The concerned government agency will also be able to access the private information of the social media users which can be used to scrutinize more data than permissible under constitutionally set limits. The agency will also be able to use the expert monitoring mechanism of the intermediaries, the extent and nature of which has not been mentioned.

Photo by Tingey Injury Law Firm on Unsplash

How Can The Rules be Modified to Effectively Counter Fake News?

The usage of vague and ambiguous terms — “unlawful content”, “grossly harmful” and “threaten” — should be eliminated and replaced with terms with set recognized definitions and limits to discard any uncertainty.

Rule 3(9) presents an interesting alternative to the theme of excessive governmental control binding the rest of the rules. It calls for the use of automated tools and other machinery to detect and curb news which may be “unlawful” or fake. While this constructive has also garnered severe criticism from a legal standpoint, it may serve as the most practical solution to the technical complexities involved in the detection of fake news if the former dilemma is resolved by using more neutral terms and reducing the control given to the government.

Using only human labour for the detection of fake news is less effective because humans may not be able to distinguish between news which is fake and real as they are swayed by various socio-political motivations and often fall for click baits which propagate fake news. Moreover, humans are mostly only proficient in detecting celebrity fake news, while automated tools can pervade other sectors well as proving the diversity of their application.

While the possibility of AI-driven mechanisms being biased exists and concerns regarding the abolition of the “safe harbour” granted to the intermediaries remain, it is contested that automated tools can still be moulded in an effective way to counter these problems better than humans. They have to be modelled on two bases to effectively detect fake news — a language approach and a fact-based approach. The former is based on analyzing punctuation, type of words used to explain a scenario, and the emotional content of the message which is instrumental to distinguish fake news from satirical news pieces. The latter is based on checking how widespread the news is to comprehend its credibility and thus, relies on fact-checking technology already in existence.

India has experienced a monumental growth of social media platforms, with each active internet user spending at least 30 minutes a day on various social media platforms browsing through a variety of content garnering interest from all strata of society. In such a scenario, it becomes critical to filter fake news with appropriate mechanisms because the daily exposure to the same is beyond what we can imagine.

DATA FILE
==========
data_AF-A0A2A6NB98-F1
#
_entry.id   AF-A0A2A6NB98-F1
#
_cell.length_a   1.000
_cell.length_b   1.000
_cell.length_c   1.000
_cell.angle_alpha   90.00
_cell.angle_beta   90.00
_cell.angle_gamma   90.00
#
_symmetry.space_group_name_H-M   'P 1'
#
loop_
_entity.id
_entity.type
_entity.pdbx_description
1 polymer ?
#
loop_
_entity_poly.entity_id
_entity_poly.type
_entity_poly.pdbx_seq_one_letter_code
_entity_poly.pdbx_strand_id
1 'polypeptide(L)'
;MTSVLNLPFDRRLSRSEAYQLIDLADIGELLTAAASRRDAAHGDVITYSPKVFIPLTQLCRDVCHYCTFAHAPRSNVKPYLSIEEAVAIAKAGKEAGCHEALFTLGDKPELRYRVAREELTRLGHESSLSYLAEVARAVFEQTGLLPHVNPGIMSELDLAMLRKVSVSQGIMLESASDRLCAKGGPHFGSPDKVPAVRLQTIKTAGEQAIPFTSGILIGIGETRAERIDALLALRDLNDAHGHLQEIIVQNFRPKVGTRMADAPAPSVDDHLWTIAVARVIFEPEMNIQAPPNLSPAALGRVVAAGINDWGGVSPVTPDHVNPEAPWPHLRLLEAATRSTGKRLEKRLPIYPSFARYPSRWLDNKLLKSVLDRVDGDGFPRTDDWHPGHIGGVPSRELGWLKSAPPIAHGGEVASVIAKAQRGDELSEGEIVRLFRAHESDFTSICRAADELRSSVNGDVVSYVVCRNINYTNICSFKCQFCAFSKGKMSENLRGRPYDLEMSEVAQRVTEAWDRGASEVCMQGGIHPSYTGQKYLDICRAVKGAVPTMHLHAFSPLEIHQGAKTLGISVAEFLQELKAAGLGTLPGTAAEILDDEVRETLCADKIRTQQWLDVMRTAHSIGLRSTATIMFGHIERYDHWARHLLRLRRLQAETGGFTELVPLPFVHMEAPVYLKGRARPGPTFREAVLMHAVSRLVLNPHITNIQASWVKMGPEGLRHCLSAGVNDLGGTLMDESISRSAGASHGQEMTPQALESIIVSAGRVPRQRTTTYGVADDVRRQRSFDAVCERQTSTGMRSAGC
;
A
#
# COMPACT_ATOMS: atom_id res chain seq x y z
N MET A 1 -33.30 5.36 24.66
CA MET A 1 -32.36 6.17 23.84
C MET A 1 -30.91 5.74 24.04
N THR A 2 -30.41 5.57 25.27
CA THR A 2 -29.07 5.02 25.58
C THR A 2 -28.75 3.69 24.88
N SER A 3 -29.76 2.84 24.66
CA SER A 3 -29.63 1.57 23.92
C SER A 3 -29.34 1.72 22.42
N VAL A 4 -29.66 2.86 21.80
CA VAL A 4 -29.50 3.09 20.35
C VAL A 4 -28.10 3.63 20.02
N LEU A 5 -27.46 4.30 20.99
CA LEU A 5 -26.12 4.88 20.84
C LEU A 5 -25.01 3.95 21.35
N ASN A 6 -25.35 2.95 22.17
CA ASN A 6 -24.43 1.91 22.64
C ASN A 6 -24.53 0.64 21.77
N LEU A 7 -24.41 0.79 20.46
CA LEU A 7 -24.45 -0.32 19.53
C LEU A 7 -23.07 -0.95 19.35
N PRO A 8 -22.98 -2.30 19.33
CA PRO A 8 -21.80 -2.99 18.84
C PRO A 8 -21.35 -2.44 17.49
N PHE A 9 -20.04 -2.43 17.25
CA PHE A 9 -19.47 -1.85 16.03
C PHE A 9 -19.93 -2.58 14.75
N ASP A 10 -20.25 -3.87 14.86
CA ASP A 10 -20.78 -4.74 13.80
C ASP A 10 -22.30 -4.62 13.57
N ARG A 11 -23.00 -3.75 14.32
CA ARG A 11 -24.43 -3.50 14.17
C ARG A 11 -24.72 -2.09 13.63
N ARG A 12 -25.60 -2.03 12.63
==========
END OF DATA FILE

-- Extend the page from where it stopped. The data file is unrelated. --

Legislation and governmental regulation to counter fake news should be framed at the helm of existing parent legislation and constitutional obligations to protect the plight of the intermediaries and save them from excesses by governmental agencies.

It becomes essential to study social factors promoting fake news as well in a successful bid to counter the same through legislation. The primary motivation for the majority of fake news circulated is ideological benefit — popularizing a particular stance of certain subject matters, which may be harmful and may align with majoritarian perspectives.

Individuals also feel the need to spread false content to conform with certain peer groups which may bring them social capital in society or other gains and therefore, they are forced to subscribe to a particular viewpoint.

Social comparison — the phenomenon of moulding your opinions to those shared by people around you due to one’s own inability to evaluate the information — also plays a major role. Cognitive factors like the education one has received, the political opinions one gains through socialization processes, targeted advertisements, and economic factors also facilitate this practice.

Therefore, any guidelines or laws on social media regulation by an intermediary must also take account of these social and cognitive factors to constructively counter the menace of fake news.

Photo by United Nations COVID-19 Response on Unsplash

Conclusion

The disastrous impact of fake news has become increasingly evident due to the onset of the COVID-19 pandemic. It seeks to displace current and legitimate narratives by publicizing unresearched and illegitimate material to suit certain ideological convictions held by large political parties and other individuals at the top of the food chain.

The Draft Guidelines which seek to reduce the instances of misinformation on social media platforms place immense obligations on intermediary platforms and also provide excessive power to the government in regulating content. This poses a significant privacy concern for users and must not be overshadowed by the garb of the greater good being affected.

The Rules, however, have scope to improve by utilizing existing technologies taking sociological factors into account, and bring legitimate news agencies and content to the forefront.

Super Big Image (NO CAPTIONS IN HERE)

Ishita Mundhra — 2nd Year, B.A. L.L.B. (Hons.), West Bengal National University of Juridical Sciences

SUPER BIG IMAGE (NO CAPTIONS)

--

--

Get the Medium app

A button that says 'Download on the App Store', and if clicked it will lead you to the iOS App store
A button that says 'Get it on, Google Play', and if clicked it will lead you to the Google Play store